IT HAS NOW been 7 1/2 weeks since the news of Eleanor Holmes Norton's tax defaults first broke, and try as we have over this period to understand and accept the gradual attempts to explain this failure and provide assurance that it has no larger ramifications than those she admits to, we come up short. It is a conclusion reached reluctantly and in sadness, but also in the belief that whatever is the source of Mrs. Norton's trouble and of her evident difficulty in comprehending and explaining it, the District of Columbia should not be asked to assume that trouble. This city is in no position to do so at such a critical point in its history. For this reason, we conclude that in a choice between the two, Mrs. Norton's opponent, Harry Singleton, is the better prospect for D.C. delegate at this time.

With a new mayor we all have a chance for redeeming the terrible moral disadvantage from which District residents had to argue for support in the last Barry years. Given that central and all-important fact, this city should be spared the consequences of congressional representation by anyone who has failed -- repeatedly and for the better part of a decade -- to meet the terms of D.C. tax laws; and though the precise shares of responsibility are clouded in the personal relationship of Mrs. Norton and her husband, the fact remains that for that entire period she did not fulfill her most fundamental obligation of citizenship in the District. The job for which she asks the voters' support now is essentially one of representation and promotion of this city's interests -- in particular and, relentlessly, persuading a recalcitrant Congress to enlarge the funds it makes available to the District. To us, Mrs. Norton's situation, along with her inability to confront directly and effectively the doubts it has created over the past many weeks, seems a fatal disability in trying to fulfill such a role.

We started, way last spring, as enthusiastic admirers of Mrs. Norton, whose accomplishments over the years are well known. We continue to admire those accomplishments. Mr. Singleton certainly does not come into the race with anything like a comparable reputation. But he does offer voters a reasonable alternative, an opportunity to place the office of delegate in the custody of someone knowledgeable in the ways of Congress and pledged to work for the full democratic rights enjoyed by Americans in all 50 states. That he is a Republican in a city with an overwhelmingly Democratic registration should in itself be no automatic disqualification. On the contrary, when it comes to matters of important local interest -- statehood, support of the civil rights bill that President Bush vetoed, abortion rights, cooperation with and support on the Hill for actions taken by the city government -- Mr. Singleton's positions are basically the same as Mrs. Norton's.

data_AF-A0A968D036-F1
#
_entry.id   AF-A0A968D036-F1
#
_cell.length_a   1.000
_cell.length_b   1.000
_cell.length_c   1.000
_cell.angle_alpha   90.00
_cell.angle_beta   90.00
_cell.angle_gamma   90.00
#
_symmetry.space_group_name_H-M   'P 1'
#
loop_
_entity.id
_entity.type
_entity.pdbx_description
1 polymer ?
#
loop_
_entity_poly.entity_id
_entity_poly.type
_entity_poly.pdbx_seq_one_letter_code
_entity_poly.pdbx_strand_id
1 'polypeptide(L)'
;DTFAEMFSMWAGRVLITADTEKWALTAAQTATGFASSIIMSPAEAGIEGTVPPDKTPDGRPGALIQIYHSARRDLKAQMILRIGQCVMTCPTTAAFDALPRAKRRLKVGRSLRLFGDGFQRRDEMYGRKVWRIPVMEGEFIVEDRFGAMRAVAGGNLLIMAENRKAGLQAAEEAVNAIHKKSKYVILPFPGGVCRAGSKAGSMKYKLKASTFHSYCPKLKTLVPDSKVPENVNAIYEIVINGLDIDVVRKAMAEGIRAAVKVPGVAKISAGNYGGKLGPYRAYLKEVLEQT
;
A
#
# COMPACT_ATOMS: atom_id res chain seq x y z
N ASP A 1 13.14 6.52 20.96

In terms of knowing the process and the players, he is also well qualified, having worked for a great Republican friend of the District in Congress, the late Stewart McKinney of Connecticut, as minority chief counsel and minority staff director for the House District Committee. Members and staffers from both parties have said Mr. Singleton worked the House with competence and with strong knowledge of the legislation and of D.C. issues. There is an issue over his role as assistant secretary of education for civil rights in the Reagan administration, the degree to which he stood up against some of that administration's retrograde policies. Terrel Bell, secretary of education during most of Mr. Singleton's tenure (who was himself castigated by the Reagan regulars for an excess of liberalism, as they saw it) recalls that Mr. Singleton "felt keenly about" civil rights, and says that the fact that administration officials often complained about Mr. Singleton's views "made me more proud of Harry." Other Democratic opponents point to a letter Mr. Singleton wrote The Wall Street Journal in 1985 in which he questioned the wisdom of disinvestment moves, arguing that such actions could wind up hurting black South Africans, making them the real losers. This position -- especially at that time -- was shared by many black and white Americans who were no friends of apartheid.

Mr. Singleton -- lawyer, single parent of children in the D.C. public schools -- has pledged to support a bipartisan appeal to Congress on behalf of a larger federal payment to the city and a better understanding of District of Columbia issues. Certainly someone working the Republican side of the aisle and the White House could be of real assistance to the next mayor.

Mrs. Norton's problems are not resolved. Mr. Singleton deserves a chance to show what he can do for the city.